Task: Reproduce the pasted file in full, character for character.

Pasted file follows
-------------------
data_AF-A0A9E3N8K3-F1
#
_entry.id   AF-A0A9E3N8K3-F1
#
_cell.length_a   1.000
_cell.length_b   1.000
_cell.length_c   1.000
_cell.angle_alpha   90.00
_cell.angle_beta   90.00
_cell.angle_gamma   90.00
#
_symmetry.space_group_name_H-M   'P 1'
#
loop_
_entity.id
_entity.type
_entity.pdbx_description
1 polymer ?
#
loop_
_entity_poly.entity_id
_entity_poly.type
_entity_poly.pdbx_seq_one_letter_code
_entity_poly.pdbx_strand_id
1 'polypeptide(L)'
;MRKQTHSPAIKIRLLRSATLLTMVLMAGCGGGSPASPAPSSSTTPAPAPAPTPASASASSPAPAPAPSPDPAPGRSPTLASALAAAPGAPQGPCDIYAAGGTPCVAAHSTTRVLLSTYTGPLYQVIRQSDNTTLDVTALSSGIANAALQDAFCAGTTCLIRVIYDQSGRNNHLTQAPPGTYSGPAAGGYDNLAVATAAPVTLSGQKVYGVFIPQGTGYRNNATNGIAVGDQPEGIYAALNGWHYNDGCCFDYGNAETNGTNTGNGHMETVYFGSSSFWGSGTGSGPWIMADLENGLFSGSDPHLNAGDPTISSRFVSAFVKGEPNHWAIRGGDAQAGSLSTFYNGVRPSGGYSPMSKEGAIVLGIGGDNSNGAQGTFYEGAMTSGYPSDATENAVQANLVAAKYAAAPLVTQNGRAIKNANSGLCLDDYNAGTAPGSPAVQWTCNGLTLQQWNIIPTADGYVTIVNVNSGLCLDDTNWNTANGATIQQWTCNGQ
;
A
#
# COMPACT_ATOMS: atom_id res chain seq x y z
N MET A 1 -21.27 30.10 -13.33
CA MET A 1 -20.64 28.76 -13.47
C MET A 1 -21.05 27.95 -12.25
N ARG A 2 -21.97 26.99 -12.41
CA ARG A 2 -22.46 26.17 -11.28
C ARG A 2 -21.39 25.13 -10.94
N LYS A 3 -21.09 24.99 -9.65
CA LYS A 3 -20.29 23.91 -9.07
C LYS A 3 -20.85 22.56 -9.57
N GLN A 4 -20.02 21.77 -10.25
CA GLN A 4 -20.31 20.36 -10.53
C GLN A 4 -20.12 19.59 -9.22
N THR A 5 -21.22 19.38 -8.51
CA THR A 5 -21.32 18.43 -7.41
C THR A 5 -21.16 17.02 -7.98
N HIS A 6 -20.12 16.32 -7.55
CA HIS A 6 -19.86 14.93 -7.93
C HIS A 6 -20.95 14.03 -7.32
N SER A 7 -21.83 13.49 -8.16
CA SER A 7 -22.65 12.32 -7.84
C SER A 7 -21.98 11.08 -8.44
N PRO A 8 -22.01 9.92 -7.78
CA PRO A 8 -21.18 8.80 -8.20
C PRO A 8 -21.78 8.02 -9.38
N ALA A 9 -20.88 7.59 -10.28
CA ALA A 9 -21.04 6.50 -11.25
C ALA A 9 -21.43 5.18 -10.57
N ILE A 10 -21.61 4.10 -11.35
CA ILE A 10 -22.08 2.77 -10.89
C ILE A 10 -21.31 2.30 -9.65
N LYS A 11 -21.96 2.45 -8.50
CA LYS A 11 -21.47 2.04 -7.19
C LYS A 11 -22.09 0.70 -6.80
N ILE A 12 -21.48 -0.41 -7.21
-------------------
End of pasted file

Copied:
data_AF-A0A9E3N8K3-F1
#
_entry.id   AF-A0A9E3N8K3-F1
#
_cell.length_a   1.000
_cell.length_b   1.000
_cell.length_c   1.000
_cell.angle_alpha   90.00
_cell.angle_beta   90.00
_cell.angle_gamma   90.00
#
_symmetry.space_group_name_H-M   'P 1'
#
loop_
_entity.id
_entity.type
_entity.pdbx_description
1 polymer ?
#
loop_
_entity_poly.entity_id
_entity_poly.type
_entity_poly.pdbx_seq_one_letter_code
_entity_poly.pdbx_strand_id
1 'polypeptide(L)'
;MRKQTHSPAIKIRLLRSATLLTMVLMAGCGGGSPASPAPSSSTTPAPAPAPTPASASASSPAPAPAPSPDPAPGRSPTLASALAAAPGAPQGPCDIYAAGGTPCVAAHSTTRVLLSTYTGPLYQVIRQSDNTTLDVTALSSGIANAALQDAFCAGTTCLIRVIYDQSGRNNHLTQAPPGTYSGPAAGGYDNLAVATAAPVTLSGQKVYGVFIPQGTGYRNNATNGIAVGDQPEGIYAALNGWHYNDGCCFDYGNAETNGTNTGNGHMETVYFGSSSFWGSGTGSGPWIMADLENGLFSGSDPHLNAGDPTISSRFVSAFVKGEPNHWAIRGGDAQAGSLSTFYNGVRPSGGYSPMSKEGAIVLGIGGDNSNGAQGTFYEGAMTSGYPSDATENAVQANLVAAKYAAAPLVTQNGRAIKNANSGLCLDDYNAGTAPGSPAVQWTCNGLTLQQWNIIPTADGYVTIVNVNSGLCLDDTNWNTANGATIQQWTCNGQ
;
A
#
# COMPACT_ATOMS: atom_id res chain seq x y z
N MET A 1 -21.27 30.10 -13.33
CA MET A 1 -20.64 28.76 -13.47
C MET A 1 -21.05 27.95 -12.25
N ARG A 2 -21.97 26.99 -12.41
CA ARG A 2 -22.46 26.17 -11.28
C ARG A 2 -21.39 25.13 -10.94
N LYS A 3 -21.09 24.99 -9.65
CA LYS A 3 -20.29 23.91 -9.07
C LYS A 3 -20.85 22.56 -9.57
N GLN A 4 -20.02 21.77 -10.25
CA GLN A 4 -20.31 20.36 -10.53
C GLN A 4 -20.12 19.59 -9.22
N THR A 5 -21.22 19.38 -8.51
CA THR A 5 -21.32 18.43 -7.41
C THR A 5 -21.16 17.02 -7.98
N HIS A 6 -20.12 16.32 -7.55
CA HIS A 6 -19.86 14.93 -7.93
C HIS A 6 -20.95 14.03 -7.32
N SER A 7 -21.83 13.49 -8.16
CA SER A 7 -22.65 12.32 -7.84
C SER A 7 -21.98 11.08 -8.44
N PRO A 8 -22.01 9.92 -7.78
CA PRO A 8 -21.18 8.80 -8.20
C PRO A 8 -21.78 8.02 -9.38
N ALA A 9 -20.88 7.59 -10.28
CA ALA A 9 -21.04 6.50 -11.25
C ALA A 9 -21.43 5.18 -10.57
N ILE A 10 -21.61 4.10 -11.35
CA ILE A 10 -22.08 2.77 -10.89
C ILE A 10 -21.31 2.30 -9.65
N LYS A 11 -21.96 2.45 -8.50
CA LYS A 11 -21.47 2.04 -7.19
C LYS A 11 -22.09 0.70 -6.80
N ILE A 12 -21.48 -0.41 -7.21